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Thursday, August 10, 2017
Decree by PA leader Mahmoud Abbas imposes fines, prison and hard labor on Palestinians who violate “public manners” or harm “social harmony” with online comments.Wisam HashlamounAPA images
Charlotte Silver-9 August 2017
Meanwhile, an Israeli minister is facing difficulties in his effort to shut down Al Jazeera.
The law was approved in secrecy by PA leader Mahmoud Abbas on 24 June. Without any public discussion, it reportedly went into effect just two weeks later.
Groups including the Palestinian Journalists Syndicate, the Independent Committee for Human Rights and the Palestinian Center for Development and Media Freedoms (MADA), have all denounced the law, warning it will further erode Palestinians’ rights.
Social Media Exchange, a group that monitors laws that affect digital rights in the Arab world, translated the most troubling parts of Abbas’ decree.
It stipulates that acts online that harm “national unity” or “social harmony” will be punishable by hard labor for three to 15 years.
The law allows for anyone to be imprisoned for one year and fined up to $7,000 for violating “public manners” online.
It requires internet service providers to cooperate with Palestinian intelligence agencies, and collect, store and share user information.
It also empowers the PA attorney general to block any website and allows the public prosecutor “to monitor and record online communications” deemed “necessary for investigations.”
Writing for Global Voices, digital rights researcher Marwa Fatafta reports that the law extends to Palestinians living abroad, though it is not clear how it would be enforced on people outside the occupied West Bank.
PA crackdown on journalistsBoth Israel and the Palestinian Authority, which work together closely to control the Palestinian population under military occupation, already jail Palestinians for their postings on social media.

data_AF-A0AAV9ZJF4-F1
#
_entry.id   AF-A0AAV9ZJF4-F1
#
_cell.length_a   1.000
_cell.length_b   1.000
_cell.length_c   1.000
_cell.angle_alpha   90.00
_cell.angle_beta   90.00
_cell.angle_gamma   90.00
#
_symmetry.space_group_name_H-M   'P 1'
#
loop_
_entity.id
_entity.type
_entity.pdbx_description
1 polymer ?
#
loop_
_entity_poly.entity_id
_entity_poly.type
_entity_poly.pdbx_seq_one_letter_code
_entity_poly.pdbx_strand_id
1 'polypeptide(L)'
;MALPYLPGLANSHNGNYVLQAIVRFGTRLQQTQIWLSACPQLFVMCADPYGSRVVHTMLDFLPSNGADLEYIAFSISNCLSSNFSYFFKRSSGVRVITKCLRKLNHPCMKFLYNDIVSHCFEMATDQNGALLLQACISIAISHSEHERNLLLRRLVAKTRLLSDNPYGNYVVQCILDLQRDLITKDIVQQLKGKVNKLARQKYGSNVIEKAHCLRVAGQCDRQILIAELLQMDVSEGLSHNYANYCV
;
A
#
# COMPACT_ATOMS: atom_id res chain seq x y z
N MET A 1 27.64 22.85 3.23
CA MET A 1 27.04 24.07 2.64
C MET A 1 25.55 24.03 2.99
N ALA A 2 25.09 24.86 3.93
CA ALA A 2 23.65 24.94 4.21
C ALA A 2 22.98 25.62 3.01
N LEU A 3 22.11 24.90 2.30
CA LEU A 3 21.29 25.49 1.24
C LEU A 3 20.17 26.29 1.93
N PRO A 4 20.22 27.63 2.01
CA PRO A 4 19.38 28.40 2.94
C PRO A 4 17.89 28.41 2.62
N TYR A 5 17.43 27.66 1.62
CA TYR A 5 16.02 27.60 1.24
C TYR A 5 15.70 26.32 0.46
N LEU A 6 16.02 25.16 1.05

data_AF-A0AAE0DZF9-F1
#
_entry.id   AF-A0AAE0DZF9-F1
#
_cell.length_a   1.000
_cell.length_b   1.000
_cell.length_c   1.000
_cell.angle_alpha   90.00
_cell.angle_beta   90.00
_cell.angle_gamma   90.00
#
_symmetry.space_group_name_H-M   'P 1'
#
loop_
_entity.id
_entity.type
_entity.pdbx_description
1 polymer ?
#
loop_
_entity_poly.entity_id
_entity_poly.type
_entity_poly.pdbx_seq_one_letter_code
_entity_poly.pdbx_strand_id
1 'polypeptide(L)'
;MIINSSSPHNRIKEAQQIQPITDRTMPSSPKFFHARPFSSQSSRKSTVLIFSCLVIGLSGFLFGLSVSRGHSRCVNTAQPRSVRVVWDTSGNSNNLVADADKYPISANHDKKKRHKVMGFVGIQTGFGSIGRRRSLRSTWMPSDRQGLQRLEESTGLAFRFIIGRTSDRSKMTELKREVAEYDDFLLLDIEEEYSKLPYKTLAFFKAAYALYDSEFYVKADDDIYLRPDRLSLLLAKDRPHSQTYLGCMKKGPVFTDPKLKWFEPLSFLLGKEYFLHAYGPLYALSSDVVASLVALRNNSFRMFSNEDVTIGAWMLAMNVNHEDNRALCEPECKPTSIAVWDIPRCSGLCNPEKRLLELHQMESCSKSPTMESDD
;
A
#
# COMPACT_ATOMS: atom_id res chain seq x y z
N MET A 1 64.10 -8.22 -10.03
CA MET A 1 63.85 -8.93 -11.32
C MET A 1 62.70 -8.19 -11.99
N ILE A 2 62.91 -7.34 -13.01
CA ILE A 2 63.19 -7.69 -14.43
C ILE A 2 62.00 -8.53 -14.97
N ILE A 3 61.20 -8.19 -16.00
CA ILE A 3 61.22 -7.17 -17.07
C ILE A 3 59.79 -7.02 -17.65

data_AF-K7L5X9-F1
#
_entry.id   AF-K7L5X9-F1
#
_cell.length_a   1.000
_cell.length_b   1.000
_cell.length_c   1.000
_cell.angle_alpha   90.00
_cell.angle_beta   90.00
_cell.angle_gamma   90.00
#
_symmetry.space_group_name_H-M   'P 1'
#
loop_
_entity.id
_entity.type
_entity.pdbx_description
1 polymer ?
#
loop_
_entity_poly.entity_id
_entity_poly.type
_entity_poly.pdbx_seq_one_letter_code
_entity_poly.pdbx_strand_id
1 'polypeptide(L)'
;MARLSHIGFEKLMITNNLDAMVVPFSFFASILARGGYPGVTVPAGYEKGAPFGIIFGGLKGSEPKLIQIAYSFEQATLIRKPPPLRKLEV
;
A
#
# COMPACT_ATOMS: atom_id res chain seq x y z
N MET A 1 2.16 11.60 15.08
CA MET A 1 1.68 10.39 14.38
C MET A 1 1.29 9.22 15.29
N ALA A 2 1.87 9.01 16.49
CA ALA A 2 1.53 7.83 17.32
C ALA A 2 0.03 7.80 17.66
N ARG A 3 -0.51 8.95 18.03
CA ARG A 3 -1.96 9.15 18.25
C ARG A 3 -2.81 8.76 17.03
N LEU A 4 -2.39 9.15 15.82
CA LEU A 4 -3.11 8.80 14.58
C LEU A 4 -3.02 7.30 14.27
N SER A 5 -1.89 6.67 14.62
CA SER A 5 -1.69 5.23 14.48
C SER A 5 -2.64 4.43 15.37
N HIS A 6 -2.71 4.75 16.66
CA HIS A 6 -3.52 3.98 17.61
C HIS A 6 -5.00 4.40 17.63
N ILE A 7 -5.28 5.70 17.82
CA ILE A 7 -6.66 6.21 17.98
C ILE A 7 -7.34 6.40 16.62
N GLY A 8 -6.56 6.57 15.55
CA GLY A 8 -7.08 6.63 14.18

The decree’s enactment comes as the PA oversees a wave of press violations including arrests for statements made on social media.
At the beginning of June, the Palestinian Authority arrested 23-year-old Nassar Jaradat for posting on his Facebook page a call for a “people’s revolution” against the Fatah leadership – Abbas’ political faction.
This week, PA intelligence agencies in the occupied West Bank arrested four journalists from several local outlets, accusing them of “leaking sensitive information.”
Speaking at a recent forum of groups concerned about the new decree, Mousa Rimawi, the director of MADA, noted that the PA’s press violations exceeded Israel’s in June and that authorities have blocked access to 29 news websites that belong to political critics.
Trouble with Al JazeeraMeanwhile, Israel’s communications minister Ayoub Kara is running into difficulties as he moves forward with his promise to shut down Al Jazeera’s Jerusalem bureau.
Following in the footsteps of Saudi Arabia and other Gulf states that have mounted a campaign against Qatar and its media network, Kara and Israeli Prime Minister Benjamin Netanyahu have accused Al Jazeera of “incitement” and vowed to shut it down.
Amnesty International has called Israel’s attempt to shut down Al Jazeera a “chilling message that Israeli authorities will not tolerate critical coverage.”
“This is a brazen attack on media freedom in Israel and the occupied Palestinian territories,” Magdalena Mughrabi, Amnesty’s deputy Middle East and North Africa director, said in a statement on Monday.
But the Tel Aviv newspaper Haaretz reports that Kara is meeting resistance as he attempts to shutter the network in Israel, starting with his request that the Government Press Office revoke the credentials of Al Jazeera journalists.
According to Haaretz, the Government Press Office does not have the authority to revoke press credentials. Israeli security agencies would have to first make the recommendation on the basis that Al Jazeera would “endanger national security.”
“I have contacted these agencies, asking for a professional opinion regarding Al Jazeera,” said Government Press Office director Nitzan Chen, who noted that credentials will not be revoked without an “an orderly hearing, as specified by regulations.”
Kara has asked broadcast companies for help, but they have so far failed to express any willingness to remove Al Jazeera from their service.
He has also asked public security minister Gilad Erdan for assistance, but Erdan referred him to the Israeli police, who sent Kara back to the public security ministry.
This leaves Kara with the option to try to pass an amendment to the law, a process that would not begin until the fall.
Bending over backwardsDuring Israel’s regular attacks on Gaza, including the last major one three years ago that killed more than 2,200 Palestinians, Al Jazeera has regularly provided Israeli officials with air time to justify their lethal attacks on Palestinians.
Amid the recent increase in tension around the al-Aqsa mosque compound in Jerusalem, Al Jazeera’s Arabic channel interviewed Yoav Mordechai, the Israeli military officer who governs the occupied West Bank.
Despite the network extensively providing Israel with a platform, Kara remains committed to shutting Al Jazeera down, stating: “The safety of our citizens and their well-being supersedes freedom of expression during times of terror.”
“The freedom of expression is not the freedom to incite and foment strife,” he added. “Even democracy has its limits.”